Inclusive Artificial Intelligence must be a priority for the future

inclusive artificial intelligence
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The European Economic and Social Committee (EESC) has underlined the importance of retaining an inclusive approach to Artificial Intelligence.

At a high level conference on the future implementation of Artificial Intelligence, robotics and digital services in policy and public health, held this week in Helsinki, EESC members emphasised the need for emerging technologies to support all Europeans. Representatives noted that the digital transformation as a whole must remain inclusive in order to meet the EU’s standards for equality and safety, with Artificial Intelligence initiatives in particular subject to a comprehensive certification process.

Ariane Rodert, president of the EESC Section for the Single Market, Production and Consumption (INT), said: “Artificial Intelligence must be developed in a safe, unbiased way and, above all, must be in keeping with the values of the EU. We need to ensure that Artificial Intelligence and its applications promote people’s wellbeing and empowerment, with due respect for fundamental rights.”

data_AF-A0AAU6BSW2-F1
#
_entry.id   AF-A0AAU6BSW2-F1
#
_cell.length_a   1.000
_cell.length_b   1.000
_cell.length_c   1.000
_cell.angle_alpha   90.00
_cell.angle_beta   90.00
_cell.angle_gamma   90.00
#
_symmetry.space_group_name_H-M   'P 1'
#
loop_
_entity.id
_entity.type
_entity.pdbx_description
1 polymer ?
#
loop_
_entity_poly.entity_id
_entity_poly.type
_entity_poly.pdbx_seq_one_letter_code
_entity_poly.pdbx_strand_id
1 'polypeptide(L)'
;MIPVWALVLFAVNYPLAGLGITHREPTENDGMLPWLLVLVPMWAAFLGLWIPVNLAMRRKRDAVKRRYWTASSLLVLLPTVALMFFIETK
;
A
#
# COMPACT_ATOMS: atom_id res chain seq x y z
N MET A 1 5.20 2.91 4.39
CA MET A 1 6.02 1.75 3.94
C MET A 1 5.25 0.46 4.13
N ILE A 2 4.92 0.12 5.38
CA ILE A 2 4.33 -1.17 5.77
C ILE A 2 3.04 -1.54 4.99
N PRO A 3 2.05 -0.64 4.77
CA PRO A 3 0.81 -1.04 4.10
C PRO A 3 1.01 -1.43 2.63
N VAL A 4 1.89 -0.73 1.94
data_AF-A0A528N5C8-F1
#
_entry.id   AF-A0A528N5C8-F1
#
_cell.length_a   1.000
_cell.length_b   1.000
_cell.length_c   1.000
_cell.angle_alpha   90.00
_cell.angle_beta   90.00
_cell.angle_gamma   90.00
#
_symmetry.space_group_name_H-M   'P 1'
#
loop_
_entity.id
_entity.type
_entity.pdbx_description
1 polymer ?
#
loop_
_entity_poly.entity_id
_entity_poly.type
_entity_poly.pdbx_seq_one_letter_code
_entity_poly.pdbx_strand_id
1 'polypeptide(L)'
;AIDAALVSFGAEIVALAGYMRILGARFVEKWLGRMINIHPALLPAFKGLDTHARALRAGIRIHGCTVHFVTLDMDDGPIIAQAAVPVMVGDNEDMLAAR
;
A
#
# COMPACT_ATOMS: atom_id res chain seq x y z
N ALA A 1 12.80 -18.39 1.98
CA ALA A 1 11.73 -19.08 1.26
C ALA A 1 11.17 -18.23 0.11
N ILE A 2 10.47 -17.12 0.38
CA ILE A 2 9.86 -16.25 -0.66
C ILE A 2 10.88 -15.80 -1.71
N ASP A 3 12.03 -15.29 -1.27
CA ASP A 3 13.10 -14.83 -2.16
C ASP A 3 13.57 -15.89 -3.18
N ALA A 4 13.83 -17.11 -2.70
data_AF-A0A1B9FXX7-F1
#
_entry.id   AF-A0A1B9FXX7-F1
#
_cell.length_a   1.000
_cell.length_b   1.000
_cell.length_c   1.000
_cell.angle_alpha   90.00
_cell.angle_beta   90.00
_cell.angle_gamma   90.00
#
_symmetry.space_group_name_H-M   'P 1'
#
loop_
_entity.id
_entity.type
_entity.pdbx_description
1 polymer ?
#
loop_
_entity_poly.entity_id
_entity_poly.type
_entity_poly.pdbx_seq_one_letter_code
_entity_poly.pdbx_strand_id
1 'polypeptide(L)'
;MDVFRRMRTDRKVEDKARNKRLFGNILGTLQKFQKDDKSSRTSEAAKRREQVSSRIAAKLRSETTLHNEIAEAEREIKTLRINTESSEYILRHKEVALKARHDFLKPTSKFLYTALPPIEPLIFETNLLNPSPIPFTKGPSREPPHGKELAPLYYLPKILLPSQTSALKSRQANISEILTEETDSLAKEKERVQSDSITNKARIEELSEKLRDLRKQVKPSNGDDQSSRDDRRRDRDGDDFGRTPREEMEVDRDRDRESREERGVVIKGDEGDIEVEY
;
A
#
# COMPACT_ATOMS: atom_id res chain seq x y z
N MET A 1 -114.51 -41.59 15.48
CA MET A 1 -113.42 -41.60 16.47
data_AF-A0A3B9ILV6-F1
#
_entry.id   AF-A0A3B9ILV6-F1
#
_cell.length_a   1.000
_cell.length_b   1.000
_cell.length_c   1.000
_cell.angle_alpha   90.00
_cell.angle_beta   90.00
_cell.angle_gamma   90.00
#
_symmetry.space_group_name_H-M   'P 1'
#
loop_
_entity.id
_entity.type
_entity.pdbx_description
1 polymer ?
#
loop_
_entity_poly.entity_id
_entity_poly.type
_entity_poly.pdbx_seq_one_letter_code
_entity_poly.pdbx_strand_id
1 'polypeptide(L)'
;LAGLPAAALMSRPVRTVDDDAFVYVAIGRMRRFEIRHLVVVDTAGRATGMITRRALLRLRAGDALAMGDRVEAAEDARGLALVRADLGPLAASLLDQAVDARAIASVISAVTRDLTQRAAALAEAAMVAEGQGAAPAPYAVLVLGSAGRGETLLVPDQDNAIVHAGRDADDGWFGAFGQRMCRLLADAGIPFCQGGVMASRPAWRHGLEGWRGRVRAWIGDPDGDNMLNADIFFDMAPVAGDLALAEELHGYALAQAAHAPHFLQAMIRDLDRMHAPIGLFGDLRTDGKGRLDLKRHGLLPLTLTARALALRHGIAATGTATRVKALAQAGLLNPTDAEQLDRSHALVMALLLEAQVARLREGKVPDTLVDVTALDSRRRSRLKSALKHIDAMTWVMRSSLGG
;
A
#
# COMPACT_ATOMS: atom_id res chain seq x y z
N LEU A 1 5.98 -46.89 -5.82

The conference covered sectors where the digital transformation is taking hold, such as healthcare and transport; and identified a need to implement progressive, inclusive policy to meet the evolving needs of technology producers and users. EESC member Franca Salis Madinier said: “The evolution of artificial intelligence needs to be guided, shaped and anticipated by social and civil dialogue. All stakeholders need to be involved: policymakers, social partners, consumers and NGOs, as well as experts and academics. It is crucial to identify and monitor disruptive developments in a timely manner.”

Pierre Jean Coulon, president of the EESC Section for Transport, Energy, Infrastructure and the Information Society (TEN) said: “Digitalisation is everywhere – in health, transport and energy – and it affects the lives of everyone. For this reason, we need to regulate developments in this field, to make sure that everybody can contribute to and benefit from the digital economy and society. Civil society must be involved and play an important role, fighting for transparency and protecting the public.”

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